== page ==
Mariah's avatar

From a business standpoint, it’s just a transaction, sure. But from the viewpoint of the student’s education, it’s unethical and stupid. The grades you receive are supposed to be a reflection of your mastery of the material. If you get a degree without actually having a mastery of material, you’re going to end up doing your job lousy, and that’s going to have consequences. Could even hurt someone if, for example, you’re studying to be a nurse. Of course it is unethical.

Aethelflaed's avatar

Yes, but pretty mildly so – definitely waaayy less so than schools treat it as. And if it’s unethical to buy a term paper from someone else, it’s the same level of unethicality to sell one.

I do think it’s fairly context specific, though. Cheating in a class that’s related to your major and/or career is more unethical than cheating in a class that really isn’t related to your life plans. If you’re planning to be a doctor, I care that you don’t cheat in your third year of medical school, but I honestly can’t give a crap if you have someone else write your paper on the economic factors leading to the Civil War for the US History class that your undergrad school made you take sophomore year. If you cheat in organic chem that same year, I’ll care, but chances are you’ll have screwed yourself over more later on when you don’t have the cash to keep it up, so I’m not worried about punishment. And it does sort of seem like people are cheating way more in unrelated basic classes than in higher-up related classes.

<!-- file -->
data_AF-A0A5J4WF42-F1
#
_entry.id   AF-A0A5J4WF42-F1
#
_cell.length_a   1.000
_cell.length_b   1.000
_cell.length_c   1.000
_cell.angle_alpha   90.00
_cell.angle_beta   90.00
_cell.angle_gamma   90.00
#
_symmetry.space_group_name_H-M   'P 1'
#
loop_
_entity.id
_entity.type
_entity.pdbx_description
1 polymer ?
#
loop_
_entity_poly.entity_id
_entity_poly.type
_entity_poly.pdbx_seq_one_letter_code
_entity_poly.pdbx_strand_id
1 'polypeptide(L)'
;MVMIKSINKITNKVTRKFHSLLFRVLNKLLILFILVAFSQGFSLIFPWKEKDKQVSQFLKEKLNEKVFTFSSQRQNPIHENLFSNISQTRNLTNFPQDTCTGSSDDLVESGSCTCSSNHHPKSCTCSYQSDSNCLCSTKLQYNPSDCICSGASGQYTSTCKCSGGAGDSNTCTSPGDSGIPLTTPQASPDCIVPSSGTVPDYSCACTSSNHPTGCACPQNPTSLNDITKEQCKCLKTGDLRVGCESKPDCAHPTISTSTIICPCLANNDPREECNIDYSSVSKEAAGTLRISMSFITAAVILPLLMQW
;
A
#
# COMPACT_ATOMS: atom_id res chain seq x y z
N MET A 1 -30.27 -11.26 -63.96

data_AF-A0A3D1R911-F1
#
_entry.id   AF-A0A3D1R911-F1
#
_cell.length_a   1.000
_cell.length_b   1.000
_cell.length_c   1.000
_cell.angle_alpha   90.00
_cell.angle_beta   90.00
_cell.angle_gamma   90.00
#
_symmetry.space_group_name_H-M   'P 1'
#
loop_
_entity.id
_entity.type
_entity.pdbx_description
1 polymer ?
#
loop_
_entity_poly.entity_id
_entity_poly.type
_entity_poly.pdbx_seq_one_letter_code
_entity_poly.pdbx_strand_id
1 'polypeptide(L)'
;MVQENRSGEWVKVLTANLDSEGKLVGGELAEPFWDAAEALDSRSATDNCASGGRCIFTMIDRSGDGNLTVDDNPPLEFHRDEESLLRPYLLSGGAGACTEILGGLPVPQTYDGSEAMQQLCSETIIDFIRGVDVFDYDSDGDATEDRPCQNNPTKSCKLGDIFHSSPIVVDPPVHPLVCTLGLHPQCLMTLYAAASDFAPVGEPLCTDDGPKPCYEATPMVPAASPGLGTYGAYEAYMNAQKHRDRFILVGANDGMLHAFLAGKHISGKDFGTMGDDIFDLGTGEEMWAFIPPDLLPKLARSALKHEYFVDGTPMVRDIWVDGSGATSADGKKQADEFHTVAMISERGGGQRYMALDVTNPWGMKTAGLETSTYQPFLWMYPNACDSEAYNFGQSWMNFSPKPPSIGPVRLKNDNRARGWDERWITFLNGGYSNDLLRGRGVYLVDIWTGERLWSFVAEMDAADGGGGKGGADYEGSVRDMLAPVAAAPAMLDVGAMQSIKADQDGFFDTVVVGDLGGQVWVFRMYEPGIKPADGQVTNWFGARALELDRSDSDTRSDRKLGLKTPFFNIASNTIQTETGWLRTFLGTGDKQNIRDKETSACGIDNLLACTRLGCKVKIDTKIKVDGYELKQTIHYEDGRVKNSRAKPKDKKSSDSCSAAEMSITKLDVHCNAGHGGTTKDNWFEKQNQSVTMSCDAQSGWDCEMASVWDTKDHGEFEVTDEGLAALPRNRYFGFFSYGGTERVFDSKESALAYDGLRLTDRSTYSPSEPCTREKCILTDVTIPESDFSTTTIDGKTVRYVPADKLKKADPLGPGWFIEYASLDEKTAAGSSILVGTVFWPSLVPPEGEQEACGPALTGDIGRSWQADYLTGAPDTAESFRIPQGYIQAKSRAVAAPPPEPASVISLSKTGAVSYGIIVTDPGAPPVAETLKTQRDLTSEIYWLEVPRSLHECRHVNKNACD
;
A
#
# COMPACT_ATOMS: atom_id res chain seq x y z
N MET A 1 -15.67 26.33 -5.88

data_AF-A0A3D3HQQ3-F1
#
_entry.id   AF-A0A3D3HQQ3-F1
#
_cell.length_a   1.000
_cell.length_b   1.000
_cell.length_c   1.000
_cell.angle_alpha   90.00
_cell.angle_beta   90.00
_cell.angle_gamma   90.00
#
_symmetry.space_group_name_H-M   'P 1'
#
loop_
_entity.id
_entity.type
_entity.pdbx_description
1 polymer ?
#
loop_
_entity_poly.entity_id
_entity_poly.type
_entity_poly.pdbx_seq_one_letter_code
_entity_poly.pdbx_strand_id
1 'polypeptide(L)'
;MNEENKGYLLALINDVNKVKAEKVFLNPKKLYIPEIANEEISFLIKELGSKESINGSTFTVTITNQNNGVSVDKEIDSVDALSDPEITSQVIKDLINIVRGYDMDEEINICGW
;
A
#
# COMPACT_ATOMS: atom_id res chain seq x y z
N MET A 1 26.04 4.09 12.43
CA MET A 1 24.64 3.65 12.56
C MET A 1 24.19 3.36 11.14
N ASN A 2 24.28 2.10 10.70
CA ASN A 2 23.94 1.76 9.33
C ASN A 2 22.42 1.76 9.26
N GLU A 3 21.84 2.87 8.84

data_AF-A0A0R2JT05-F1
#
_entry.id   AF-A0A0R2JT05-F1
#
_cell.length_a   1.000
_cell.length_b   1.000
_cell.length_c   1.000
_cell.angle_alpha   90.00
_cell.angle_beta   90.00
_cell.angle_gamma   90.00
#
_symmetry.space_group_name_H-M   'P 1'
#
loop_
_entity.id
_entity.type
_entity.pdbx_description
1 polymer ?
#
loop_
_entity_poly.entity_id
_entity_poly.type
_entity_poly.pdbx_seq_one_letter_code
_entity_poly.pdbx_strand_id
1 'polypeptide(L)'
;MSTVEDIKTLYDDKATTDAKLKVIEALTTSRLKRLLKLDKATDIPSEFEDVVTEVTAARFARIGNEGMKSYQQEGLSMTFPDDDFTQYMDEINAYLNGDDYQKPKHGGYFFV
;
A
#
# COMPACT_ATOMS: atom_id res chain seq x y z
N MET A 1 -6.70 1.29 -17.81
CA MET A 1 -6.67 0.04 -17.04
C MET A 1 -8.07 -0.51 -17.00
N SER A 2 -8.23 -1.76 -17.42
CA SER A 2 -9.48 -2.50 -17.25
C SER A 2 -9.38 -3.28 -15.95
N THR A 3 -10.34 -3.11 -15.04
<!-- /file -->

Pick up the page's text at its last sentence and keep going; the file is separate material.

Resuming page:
gambitking's avatar

Really simple answer – this is unethical. Period.

A person who sells the term paper is selfishly depriving the ‘buyer’ from growth, nurturing, learning, discipline and education for money.